The Pittsburgh Steelers play in Super Bowl Extra Large later today. It’s their first trip there since 1996, but there was a time when seeing the Steelers playing in, and winning, the Super Bowl was almost as common as seeing a Baltimore Raven taking a perp walk is nowadays. Four times in six years the Steelers took home the big silver football during the 1970s, the high school and college years for yours truly. “Coming of age” years in many ways.
This isn’t going to be some trivial rant about how the Steelers will kick Seattle’s ass this evening. Today’s game is just a reminder about how many people can grow up in or near Pittsburgh, live away for a long time, (twenty-six years and counting in my case), but always be Pittsburghers, even if they have no desire to live there again.
Evidence of this can be found in the oft-cited fact that the Steelers “travel well.” In football-speak, that means that no matter where they play, a large contingent of Terrible Towel-waving Burgh-heads will be there; tailgating, singing, generally making the home team wonder where all this black and gold came from. Does anyone really think Steelers fans by the busload took the week off work to drive to Detroit so they could revel in the Super Bowl experience? Half the people in the Pittsburgh area are either un- or under-employed, or too old for that shit. Where did they come from?
The answer is easy: most of them live in Detroit now. Or Denver. The coaches and mayors of Cincinnati and Indianapolis felt compelled to make public requests to the local fandom not to sell their tickets to anyone from Pittsburgh, lest it seem as though the Bengals and Colts were the visiting team. Several years ago the Washington Capitals hockey team wouldn’t take online orders for playoff tickets for their series against the Penguins unless the order was sent to a local zip code. This was solely to keep Pens fans from packing the MCI Center as they did during the regular season match-ups. I live locally, bought a pair, and still sat in a section full of black and gold.
Pittsburgh’s three teams maintain post-Burgh fandom in proportion to how easy they are to root for. The Pirates were almost as successful as the Steelers in the 70s. Drug scandals and a series of lackluster owners have led to a decade of losing with no real light at the end of the rainbow. Pirate fans don’t hitch their wagons too closely to the team, or any one player. They know as soon as he gets good enough to make real money, they’ll trade him for ten cents on the dollar.
The Pens have struggled of late, but the presence of Mario Lemieux in his adopted city kept the team afloat for over twenty years. Mario wasn’t sure he wanted to come when he was drafted; now he lives there full-time. The affection of even transplanted Burghers is so strong it’s felt by those who had already left before Mario got there.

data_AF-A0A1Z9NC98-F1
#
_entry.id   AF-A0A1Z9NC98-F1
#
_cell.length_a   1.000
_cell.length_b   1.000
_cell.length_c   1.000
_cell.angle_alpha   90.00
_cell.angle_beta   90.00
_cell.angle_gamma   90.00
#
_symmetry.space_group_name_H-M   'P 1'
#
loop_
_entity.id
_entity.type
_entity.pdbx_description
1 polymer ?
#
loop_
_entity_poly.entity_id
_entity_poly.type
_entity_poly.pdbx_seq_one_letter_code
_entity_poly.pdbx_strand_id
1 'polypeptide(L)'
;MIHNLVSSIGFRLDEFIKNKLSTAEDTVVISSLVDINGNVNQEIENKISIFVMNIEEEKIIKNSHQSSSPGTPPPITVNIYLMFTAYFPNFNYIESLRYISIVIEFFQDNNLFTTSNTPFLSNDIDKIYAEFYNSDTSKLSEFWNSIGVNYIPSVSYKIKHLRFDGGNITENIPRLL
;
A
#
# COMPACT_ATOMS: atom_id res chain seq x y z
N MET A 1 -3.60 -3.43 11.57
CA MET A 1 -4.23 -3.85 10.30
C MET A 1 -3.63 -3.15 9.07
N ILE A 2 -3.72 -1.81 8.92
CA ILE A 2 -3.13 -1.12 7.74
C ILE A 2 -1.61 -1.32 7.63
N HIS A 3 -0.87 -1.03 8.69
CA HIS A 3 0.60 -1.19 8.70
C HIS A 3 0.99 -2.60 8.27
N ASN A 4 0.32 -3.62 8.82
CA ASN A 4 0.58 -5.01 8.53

It’s still the Steelers that have the strongest hold. The Rooney family has owned the team since its inception. They don’t pay the most money, never have, but they keep a core of people together that allows a depth of commitment and personnel rarely seen. The Steelers absorb as many injuries as other teams; they just always have someone ready to step in. No star makes a disproportionate salary, and certain types of conduct aren’t tolerated; responsibilities go along with the perks of being a professional football player in Pittsburgh.
Notice I said “core of people.” Not just players. Sure, Joey Porter runs his mouth and they may have to open the vaults one day to keep Ben Roethlisberger. The Steelers have a certain type of individual they look for, besides being an excellent player. The media focuses on the number of former quarterbacks they keep around, helpful for flexibility and trick plays. The caliber of people they keep around shows even more.
The 1995 Super Bowl team had Carnell Lake, who was willing to sacrifice a perennial Pro Bowl berth (and accompanying bonus) as a safety to play cornerback while Rod Woodson rehabbed his seriously injured knee. (Woodson missed the entire season except for the Super Bowl; the Steelers kept him on the roster, just in case. Pro Bowl voters appreciated Lake’s selflessness enough to send him to Hawaii, anyway.) Jerome Bettis took less money to stay in Pittsburgh. Hines Ward cut short his holdout without a contract because he wanted to stay, and Bill Cowher said they’d take care of him. Duce Staley took less money to come to Pittsburgh; he was injured early this year and lost his job to second-year back Willie Parker, yet not a game goes by you where you won’t see Staley on the sidelines with Parker and Bettis, encouraging, making suggestions. A reporter found Ward crying after losing last year’s AFC Championship game. When asked why, Ward said it was because they’d blown their last opportunity to get Bettis to the Super Bowl.
Bettis gave them another chance. The Steelers will have the majority of the crowd with them today. In addition to traveling well, Detroit is Bettis’ home town. I’ll be with a small group of native and adopted Burghers, eating kolbassi (no one spelled it kielbasa when I was a kid), pierogies, Clark bars and Klondikes, waving our towels and wearing black and gold. Part of me will be a little homesick, but another part will realize that I never left.
Sports holds disproportionate sway in our society. But for a Pittsburgh native, the phrase “you can’t go home again” only applies until the next Steelers game. It doesn’t matter where you are when you see the Terrible Towels, you’re home again.